To Kill A Mockingbird Discrimination Analysis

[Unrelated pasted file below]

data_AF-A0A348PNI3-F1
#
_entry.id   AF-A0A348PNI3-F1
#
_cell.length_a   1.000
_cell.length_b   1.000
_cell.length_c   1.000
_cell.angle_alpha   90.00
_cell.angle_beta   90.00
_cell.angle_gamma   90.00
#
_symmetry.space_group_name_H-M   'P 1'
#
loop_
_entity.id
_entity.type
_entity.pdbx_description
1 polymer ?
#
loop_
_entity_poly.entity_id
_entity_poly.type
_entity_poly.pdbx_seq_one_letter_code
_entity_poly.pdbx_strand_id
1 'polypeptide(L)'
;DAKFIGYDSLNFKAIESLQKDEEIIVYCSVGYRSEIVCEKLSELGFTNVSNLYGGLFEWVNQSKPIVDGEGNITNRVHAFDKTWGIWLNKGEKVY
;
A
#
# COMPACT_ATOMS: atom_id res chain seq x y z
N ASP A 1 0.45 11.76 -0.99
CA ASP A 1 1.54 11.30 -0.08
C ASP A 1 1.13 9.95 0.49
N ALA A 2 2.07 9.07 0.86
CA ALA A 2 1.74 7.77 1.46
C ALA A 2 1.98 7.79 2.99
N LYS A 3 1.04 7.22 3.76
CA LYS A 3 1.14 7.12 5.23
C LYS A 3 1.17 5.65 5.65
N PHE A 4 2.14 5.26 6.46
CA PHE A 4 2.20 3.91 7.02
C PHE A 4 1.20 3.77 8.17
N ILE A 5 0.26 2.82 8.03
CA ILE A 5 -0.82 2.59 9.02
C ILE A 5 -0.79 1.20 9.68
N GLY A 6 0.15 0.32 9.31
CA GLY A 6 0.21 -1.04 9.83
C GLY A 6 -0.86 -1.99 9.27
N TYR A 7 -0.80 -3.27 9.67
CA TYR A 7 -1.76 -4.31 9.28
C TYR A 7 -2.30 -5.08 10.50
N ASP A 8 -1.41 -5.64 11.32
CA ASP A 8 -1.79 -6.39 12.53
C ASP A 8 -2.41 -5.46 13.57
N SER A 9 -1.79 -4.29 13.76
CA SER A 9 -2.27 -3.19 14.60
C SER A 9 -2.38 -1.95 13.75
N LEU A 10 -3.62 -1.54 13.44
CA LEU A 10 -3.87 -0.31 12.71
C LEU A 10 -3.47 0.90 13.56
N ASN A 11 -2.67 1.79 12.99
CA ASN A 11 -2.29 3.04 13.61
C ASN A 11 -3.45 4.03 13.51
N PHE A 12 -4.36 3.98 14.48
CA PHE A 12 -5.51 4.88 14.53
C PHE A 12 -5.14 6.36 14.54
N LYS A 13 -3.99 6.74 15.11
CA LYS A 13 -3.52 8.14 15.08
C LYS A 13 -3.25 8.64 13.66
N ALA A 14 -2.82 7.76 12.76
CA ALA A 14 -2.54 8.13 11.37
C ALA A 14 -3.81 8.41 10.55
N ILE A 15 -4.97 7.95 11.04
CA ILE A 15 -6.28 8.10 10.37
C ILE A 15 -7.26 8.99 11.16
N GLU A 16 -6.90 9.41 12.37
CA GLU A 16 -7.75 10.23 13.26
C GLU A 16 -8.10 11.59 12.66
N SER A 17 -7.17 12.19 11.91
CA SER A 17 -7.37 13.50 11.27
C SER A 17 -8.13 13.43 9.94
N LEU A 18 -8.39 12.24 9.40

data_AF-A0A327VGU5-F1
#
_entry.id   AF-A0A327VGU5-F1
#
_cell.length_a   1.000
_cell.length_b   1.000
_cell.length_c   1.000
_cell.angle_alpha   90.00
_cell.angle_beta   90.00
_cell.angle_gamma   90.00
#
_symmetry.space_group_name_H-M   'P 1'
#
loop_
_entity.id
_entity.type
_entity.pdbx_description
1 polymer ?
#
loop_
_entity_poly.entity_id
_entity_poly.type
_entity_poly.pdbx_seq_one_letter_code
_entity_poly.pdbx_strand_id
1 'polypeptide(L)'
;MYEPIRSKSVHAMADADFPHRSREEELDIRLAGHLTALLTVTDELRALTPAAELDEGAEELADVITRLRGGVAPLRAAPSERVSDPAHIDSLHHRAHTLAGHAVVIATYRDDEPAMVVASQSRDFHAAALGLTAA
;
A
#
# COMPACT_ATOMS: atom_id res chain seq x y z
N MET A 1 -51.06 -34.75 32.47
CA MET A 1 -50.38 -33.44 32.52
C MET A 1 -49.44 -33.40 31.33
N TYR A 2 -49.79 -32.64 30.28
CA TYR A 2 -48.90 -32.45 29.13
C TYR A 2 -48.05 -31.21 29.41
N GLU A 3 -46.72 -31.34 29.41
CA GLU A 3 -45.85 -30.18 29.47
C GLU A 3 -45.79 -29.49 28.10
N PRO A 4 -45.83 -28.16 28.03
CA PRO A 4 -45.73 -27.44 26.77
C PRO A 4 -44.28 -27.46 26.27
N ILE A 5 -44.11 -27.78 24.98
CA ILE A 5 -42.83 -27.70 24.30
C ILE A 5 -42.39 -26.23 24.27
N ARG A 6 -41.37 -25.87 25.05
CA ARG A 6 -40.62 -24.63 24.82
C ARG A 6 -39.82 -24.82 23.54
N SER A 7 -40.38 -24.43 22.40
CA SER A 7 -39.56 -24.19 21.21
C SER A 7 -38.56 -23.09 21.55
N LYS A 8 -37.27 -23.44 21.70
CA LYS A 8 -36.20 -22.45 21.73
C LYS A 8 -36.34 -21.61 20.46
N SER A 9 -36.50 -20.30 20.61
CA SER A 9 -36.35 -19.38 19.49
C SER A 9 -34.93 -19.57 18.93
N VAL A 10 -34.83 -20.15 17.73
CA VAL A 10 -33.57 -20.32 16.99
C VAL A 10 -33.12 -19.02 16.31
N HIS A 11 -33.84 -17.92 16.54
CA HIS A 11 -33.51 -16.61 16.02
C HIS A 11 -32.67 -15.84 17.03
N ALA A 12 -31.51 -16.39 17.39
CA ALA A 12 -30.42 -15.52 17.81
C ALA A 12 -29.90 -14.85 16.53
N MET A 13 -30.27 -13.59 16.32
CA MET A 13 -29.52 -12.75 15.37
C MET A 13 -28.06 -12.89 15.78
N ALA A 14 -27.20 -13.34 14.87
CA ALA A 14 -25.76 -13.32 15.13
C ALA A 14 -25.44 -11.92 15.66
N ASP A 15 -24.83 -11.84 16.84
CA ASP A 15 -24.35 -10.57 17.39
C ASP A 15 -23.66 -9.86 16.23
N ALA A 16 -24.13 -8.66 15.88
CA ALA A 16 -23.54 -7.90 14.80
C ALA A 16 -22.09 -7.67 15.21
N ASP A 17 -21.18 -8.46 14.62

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In Harper Lee’s To Kill a Mockingbird, Scout is a young girl who lives in Maycomb with both black and white citizens. She has to deal with the stereotypes of the town. Scout does not want to be a “girl” so people discriminate against her for it. Scout has never seen Boo Radley before, therefore she makes mixed judgements about him as a person. Atticus is a lawyer doing his job by defending Tom Robinson, but the citizens of Maycomb do not like the fact that Atticus is defending a black male, so they start discriminating against Atticus and his children. Discrimination causes people to treat others unfairly due to actions they disagree with. People treat Scout poorly because she wants to act more like a boy than a girl. Atticus was talking to Aunt Alexandra about the children and started to criticize Scout. Scout narrates that Aunt Alexandra thinks, “I could not possibly hope to be a lady if i wore breeches; when I said I could do nothing in a dress she said i wasnt suppose to do things that require dresses” (Lee 108). This shows that Aunt Alexandra is thinking poorly of Scout and telling her what she can and cannot do. Scout is a young girl with a older brother and a friend. Jem and Dill always hang out together so Scout always joins them. She would not be able to join them if she acts more like a girl. Just because scout is acting more like a boy doesnt mean its fair to treat her poorly for her actions. Dill dared jem to go and touch Boo Radley's house. Scout is going with
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